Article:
An Essex woman is hoping to undergo life-changing surgery later this year, thanks to a medical diagnosis by a stranger on Facebook.
Annie Marshall has been suffering from stomach pains for months and after several doctors failed to get to the bottom of the mystery illness, in stepped an American lady on the social media platform.
The 20-year-old has been experiencing symptoms since March 2020 following a bout of food poisoning, the Daily Mirror reports.
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A year later, after losing two stone, and being in constant pain, specialist doctors told her she was suffering from gastroparesis, but she claimed none of the medications or treatments worked, including a liquid diet.
She underwent an MRI scan, had Botox injected into her stomach, and even flew out to Texas for keyhole surgery, but nothing solved her issues and she continued to experience severe symptoms.
One doctor told her she was anorexic and there was nothing physically wrong with her, saying he couldn’t give her the help she needed.
Annie told the Mirror: “A stomach is supposed to empty itself in half an hour but for me, after four hours, 0% had emptied.
“I didn’t know what to do and was feeling really low in myself – I had pretty much given up and vented to a gastroparesis Facebook group about everything that had happened.”
It was then that the heroine of the hour appeared.
Annie went on: “I had a message from a woman in America who said she had been a nurse for 20 years and I should look into MALS (Median Arcuate Ligament Syndrome).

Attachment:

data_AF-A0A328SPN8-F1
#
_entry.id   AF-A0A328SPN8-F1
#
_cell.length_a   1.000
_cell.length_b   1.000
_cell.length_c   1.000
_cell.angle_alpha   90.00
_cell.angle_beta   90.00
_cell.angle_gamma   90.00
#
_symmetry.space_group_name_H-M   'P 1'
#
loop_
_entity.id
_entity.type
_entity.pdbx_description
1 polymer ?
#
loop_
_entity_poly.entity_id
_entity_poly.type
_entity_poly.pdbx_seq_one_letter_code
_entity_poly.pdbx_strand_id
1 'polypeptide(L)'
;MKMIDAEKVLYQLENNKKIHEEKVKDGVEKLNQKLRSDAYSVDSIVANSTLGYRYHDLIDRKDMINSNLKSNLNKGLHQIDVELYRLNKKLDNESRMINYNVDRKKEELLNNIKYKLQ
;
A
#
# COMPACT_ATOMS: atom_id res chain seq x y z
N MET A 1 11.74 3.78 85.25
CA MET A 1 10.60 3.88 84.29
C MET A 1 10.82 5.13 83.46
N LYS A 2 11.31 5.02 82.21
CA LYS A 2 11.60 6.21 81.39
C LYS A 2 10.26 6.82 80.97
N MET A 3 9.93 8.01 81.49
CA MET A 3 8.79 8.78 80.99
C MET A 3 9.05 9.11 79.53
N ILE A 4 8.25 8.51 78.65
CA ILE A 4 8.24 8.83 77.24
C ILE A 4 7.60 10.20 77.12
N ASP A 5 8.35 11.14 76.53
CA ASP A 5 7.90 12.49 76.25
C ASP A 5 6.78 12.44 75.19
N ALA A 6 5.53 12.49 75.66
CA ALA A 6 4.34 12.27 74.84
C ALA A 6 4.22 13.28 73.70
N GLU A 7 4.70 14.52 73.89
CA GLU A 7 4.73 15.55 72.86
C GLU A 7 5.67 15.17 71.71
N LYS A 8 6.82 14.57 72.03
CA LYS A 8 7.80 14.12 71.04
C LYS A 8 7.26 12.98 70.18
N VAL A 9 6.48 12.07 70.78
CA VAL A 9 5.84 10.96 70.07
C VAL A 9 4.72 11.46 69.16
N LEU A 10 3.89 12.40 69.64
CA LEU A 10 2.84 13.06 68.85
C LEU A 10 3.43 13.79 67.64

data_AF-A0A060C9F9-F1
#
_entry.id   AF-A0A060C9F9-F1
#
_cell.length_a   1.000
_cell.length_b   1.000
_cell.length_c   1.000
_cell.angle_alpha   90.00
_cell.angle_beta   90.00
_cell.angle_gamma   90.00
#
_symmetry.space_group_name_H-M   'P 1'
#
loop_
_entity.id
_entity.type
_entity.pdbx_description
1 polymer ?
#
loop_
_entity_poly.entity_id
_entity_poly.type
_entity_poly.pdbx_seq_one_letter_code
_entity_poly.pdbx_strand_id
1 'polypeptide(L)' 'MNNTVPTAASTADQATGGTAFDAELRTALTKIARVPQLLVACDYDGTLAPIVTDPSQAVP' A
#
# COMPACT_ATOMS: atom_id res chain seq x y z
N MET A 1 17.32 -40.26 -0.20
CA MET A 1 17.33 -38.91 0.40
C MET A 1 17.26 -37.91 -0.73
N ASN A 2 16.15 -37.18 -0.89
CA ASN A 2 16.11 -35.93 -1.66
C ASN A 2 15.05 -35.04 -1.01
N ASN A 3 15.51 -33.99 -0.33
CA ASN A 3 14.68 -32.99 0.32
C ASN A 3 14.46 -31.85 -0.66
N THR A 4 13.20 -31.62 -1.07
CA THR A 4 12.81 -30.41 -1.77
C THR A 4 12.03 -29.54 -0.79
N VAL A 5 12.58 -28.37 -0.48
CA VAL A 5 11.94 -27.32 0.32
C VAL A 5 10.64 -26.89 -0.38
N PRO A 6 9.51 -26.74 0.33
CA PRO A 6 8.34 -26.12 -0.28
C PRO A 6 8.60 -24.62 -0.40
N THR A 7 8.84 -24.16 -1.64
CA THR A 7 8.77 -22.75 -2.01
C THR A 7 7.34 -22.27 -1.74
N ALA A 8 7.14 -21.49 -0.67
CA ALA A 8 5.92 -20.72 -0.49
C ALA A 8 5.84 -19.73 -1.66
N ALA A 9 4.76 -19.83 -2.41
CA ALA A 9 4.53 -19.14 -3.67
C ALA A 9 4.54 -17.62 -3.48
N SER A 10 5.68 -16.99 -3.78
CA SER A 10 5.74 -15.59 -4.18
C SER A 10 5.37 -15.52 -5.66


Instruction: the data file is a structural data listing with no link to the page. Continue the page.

“She had it herself and had worked with MALS surgeons – so it was sort of like luck.”
MALS is a condition in which the median arcuate ligament presses too tightly on a branch of the aorta that sends blood to the stomach, liver and other organs.
Now, after Annie and her sister did some research, she is waiting to be seen by a world-leading MALS specialist in Connecticut, USA, and is hoping to go under the knife later this year.
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“I did an ultrasound with a doctor in London which came back positive for MALS,” she explained, “and then had another diagnostic test done where they inject a steroid into a bundle of nerves after quite a few scans.
“They have to be quite thorough and have to exclude everything else as it is so rare.
“For eight hours after the steroid injection, I ate perfectly normally and had no symptoms – in my head I couldn’t understand how I could suddenly eat, but it was quite a good indication that this could be resolved with surgery.
“I got in touch with the best MALS surgeon in the world, who is based in Connecticut, and had to send over all my scans – I was put on the waiting list for surgery which will hopefully happen in July.”
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